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Spoiler Alert: Dogs Can Have High Cholesterol, Too

What comes to mind when you hear the phrases “high cholesterol” or “high triglycerides”? Do you think of heart disease, heart attacks or stroke? Maybe you think about getting more physical activity, losing weight or taking medication.

In the case of people, you’d be correct.

But what about dogs? Can they even have high cholesterol or high triglycerides?

Yes, dogs can have diseases that may cause their level of cholesterol or triglycerides in the blood to be too high, a condition known as hyperlipidemia. But high blood cholesterol and triglycerides in dogs has nothing to do with the heart.

Is hyperlipidemia normal or cause for concern?

If your dog had blood drawn within an hour to two of eating a meal, your veterinarian may have described the serum sample as “lipemic” and asked you to have your dog fast for eight to 12 hours before having blood drawn again. That’s a prime example of postprandial hyperlipidemia, or increased lipid (fat) levels in the blood after eating. It’s also completely normal and not a cause for concern — unless your dog is overweight or obese.

After a meal, food is digested in the small intestine and nutrients are absorbed into the blood and lymphatic systems for delivery to tissues throughout the body. Consequently, both triglyceride and cholesterol levels in the blood increase temporarily before returning to baseline levels in seven to 12 hours after a meal.

However, if blood levels of cholesterol, triglycerides or both stay high despite a 12- to 18-hour fast, your veterinarian will want to investigate further to determine the underlying cause. In dogs, high blood cholesterol or triglycerides are often associated with diseases of the endocrine system, the collection of glands that produce and secrete hormones. Diabetes (too little or no insulin secretion), hypothyroidism (too little thyroid hormone), Cushing’s disease (too much cortisol production) and pancreatitis (inflammation of the pancreas) can affect metabolism and contribute to hyperlipidemia. In addition, certain kidney diseases are linked to increased blood triglycerides or cholesterol. More recently, veterinary researchers found chronic obesity results in elevated cholesterol and triglyceride levels in dogs.

In all these cases, hyperlipidemia is a cause for concern. But once the underlying health condition is managed or controlled, blood cholesterol and triglyceride levels should return to normal.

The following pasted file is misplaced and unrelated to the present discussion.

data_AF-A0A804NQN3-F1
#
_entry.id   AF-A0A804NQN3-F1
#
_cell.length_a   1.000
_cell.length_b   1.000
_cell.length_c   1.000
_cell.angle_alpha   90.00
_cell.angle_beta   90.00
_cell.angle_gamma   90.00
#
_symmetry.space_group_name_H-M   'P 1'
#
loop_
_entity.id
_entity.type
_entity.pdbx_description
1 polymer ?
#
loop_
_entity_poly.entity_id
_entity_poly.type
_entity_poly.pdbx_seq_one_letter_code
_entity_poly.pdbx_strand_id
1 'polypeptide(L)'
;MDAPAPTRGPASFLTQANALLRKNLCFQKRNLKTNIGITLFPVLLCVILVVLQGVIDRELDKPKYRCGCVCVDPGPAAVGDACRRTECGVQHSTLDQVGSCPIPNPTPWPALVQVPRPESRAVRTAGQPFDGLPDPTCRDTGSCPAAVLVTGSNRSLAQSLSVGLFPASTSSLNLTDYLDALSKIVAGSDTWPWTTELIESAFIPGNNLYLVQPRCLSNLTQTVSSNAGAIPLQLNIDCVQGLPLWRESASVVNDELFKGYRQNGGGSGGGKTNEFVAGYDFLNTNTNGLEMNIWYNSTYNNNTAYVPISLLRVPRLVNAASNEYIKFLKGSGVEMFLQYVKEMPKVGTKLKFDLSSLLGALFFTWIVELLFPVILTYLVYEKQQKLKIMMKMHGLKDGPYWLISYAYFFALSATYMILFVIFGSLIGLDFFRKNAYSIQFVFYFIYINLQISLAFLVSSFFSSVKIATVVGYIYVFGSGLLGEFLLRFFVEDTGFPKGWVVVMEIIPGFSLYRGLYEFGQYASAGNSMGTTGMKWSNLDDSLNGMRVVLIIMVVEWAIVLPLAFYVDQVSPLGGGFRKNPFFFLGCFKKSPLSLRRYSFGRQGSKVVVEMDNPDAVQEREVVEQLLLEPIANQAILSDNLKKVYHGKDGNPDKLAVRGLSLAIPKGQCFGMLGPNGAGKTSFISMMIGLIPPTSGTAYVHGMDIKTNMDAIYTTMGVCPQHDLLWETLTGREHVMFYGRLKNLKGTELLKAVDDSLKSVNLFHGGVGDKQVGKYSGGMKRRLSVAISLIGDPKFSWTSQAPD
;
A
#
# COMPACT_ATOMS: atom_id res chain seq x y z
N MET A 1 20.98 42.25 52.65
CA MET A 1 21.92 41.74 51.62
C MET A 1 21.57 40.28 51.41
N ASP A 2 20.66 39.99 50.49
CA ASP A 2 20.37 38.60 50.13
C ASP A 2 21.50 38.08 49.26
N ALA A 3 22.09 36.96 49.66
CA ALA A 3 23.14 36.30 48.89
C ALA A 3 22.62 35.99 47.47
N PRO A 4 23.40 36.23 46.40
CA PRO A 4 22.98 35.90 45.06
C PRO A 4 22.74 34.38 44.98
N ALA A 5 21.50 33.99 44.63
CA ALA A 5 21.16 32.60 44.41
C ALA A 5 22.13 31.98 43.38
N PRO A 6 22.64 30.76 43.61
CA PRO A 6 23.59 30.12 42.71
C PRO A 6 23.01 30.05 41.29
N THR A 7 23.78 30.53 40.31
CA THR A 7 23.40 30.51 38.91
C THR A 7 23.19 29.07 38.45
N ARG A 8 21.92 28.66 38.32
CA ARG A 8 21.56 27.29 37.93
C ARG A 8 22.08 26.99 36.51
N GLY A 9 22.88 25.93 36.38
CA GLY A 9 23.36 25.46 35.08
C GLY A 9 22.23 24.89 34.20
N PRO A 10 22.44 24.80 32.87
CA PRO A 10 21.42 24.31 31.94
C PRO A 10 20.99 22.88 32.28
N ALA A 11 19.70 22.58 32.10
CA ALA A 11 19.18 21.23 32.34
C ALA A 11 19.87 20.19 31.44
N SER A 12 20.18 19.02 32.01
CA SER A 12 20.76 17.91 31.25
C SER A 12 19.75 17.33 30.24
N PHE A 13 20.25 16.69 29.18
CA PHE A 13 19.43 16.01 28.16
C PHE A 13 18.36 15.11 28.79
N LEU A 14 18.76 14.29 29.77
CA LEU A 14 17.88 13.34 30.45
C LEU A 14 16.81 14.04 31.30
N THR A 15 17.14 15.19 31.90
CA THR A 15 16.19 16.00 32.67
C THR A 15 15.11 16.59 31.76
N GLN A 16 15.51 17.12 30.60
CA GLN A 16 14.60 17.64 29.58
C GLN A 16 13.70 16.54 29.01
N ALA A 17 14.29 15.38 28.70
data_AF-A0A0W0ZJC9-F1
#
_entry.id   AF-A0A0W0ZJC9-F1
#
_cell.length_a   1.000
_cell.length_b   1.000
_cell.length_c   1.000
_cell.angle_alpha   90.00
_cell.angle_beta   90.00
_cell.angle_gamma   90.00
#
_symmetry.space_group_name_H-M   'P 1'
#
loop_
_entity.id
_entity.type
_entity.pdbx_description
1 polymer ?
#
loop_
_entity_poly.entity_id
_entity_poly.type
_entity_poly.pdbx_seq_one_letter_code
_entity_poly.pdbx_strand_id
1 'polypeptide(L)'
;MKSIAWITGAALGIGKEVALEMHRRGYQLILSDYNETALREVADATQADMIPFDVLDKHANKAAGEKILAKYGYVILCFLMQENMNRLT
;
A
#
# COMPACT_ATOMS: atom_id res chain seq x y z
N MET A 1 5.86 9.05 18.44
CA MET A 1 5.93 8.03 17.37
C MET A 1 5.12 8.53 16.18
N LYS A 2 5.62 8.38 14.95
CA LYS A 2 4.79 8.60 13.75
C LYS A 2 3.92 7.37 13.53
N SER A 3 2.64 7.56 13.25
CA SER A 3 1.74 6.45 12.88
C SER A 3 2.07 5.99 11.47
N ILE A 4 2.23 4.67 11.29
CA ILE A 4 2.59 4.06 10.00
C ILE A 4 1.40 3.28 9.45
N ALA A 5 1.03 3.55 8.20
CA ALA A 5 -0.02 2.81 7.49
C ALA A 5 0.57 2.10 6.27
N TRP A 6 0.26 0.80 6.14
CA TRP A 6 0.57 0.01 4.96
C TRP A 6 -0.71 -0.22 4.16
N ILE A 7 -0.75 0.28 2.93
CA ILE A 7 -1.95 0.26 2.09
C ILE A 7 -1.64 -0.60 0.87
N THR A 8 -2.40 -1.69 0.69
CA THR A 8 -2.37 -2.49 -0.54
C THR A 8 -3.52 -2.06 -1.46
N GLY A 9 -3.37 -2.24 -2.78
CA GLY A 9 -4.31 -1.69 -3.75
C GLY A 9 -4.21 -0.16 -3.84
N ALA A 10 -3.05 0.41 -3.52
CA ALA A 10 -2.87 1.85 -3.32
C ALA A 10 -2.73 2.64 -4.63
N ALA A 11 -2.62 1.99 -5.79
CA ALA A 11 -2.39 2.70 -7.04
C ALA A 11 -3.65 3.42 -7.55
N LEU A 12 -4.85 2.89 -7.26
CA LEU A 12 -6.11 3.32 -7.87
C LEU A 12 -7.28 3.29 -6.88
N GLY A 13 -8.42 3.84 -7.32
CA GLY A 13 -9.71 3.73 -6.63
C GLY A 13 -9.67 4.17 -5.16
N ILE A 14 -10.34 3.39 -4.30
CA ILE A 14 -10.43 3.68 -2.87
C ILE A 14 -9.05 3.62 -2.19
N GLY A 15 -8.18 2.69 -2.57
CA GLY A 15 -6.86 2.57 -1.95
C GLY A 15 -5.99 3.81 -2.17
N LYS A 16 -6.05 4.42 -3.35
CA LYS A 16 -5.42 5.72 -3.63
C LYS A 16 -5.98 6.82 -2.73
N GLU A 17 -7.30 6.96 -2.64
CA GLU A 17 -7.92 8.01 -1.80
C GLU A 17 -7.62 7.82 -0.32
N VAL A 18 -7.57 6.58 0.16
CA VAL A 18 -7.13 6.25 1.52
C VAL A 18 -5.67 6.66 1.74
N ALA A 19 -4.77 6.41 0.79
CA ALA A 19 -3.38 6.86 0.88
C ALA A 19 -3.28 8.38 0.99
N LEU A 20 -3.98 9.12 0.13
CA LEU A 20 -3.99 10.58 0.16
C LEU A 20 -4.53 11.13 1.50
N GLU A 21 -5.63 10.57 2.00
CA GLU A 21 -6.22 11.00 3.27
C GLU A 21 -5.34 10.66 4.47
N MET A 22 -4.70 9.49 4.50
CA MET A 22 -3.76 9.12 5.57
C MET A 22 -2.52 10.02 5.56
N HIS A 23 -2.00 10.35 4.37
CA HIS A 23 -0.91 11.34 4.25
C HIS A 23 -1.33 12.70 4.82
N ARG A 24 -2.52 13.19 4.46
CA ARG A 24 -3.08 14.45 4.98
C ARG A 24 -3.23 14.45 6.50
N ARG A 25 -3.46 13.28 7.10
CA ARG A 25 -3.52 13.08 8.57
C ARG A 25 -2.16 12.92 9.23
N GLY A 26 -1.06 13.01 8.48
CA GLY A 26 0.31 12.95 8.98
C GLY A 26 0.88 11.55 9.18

Another form of high blood cholesterol or triglycerides, known as primary hyperlipidemia, doesn’t have an underlying disease cause but is hereditary. Several dog breeds are predisposed to the condition, with miniature schnauzers and Shetland sheepdogs among the most common breeds affected. If affected, some of these dogs will show clinical signs while others have none.

Finding and treating elevated blood lipids in dogs

High blood cholesterol and triglyceride levels frequently have no clinical signs that alert you to their presence. The condition is often found only when your veterinarian performs routine screening blood tests.

That’s not to say you may never see clinical signs of hyperlipidemia. In some cases, signs do occur and are often associated with the digestive system. Your dog may experience vomiting, diarrhea, decreased appetite and potentially pancreatitis. Other affected dogs may have excess fats deposited on the cornea of the eye, which you’ll notice as a white patch, or in the eye itself, which leads to inflammation of the eye and/or blindness.

Treatment for high cholesterol, triglycerides or both depends on the underlying cause. If hyperlipidemia is associated with another disease, it typically resolves once the underlying condition is treated. If increased blood lipids are caused by obesity, weight loss will be necessary.

Dogs with hereditary hyperlipidemia, however, will need additional treatment. Diet is the cornerstone of treatment for these cases. A low-fat, high-fiber dog food, such as Diamond CARE Weight Management Formula for Adult Dogs, can help resolve many cases of hyperlipidemia. And if a change in diet alone isn’t enough, your veterinarian will prescribe medication to help lower triglyceride and cholesterol levels.

The information in this blog has been developed with our veterinarian and is designed to help educate pet parents. If you have questions or concerns about your pet's health or nutrition, please talk with your veterinarian.


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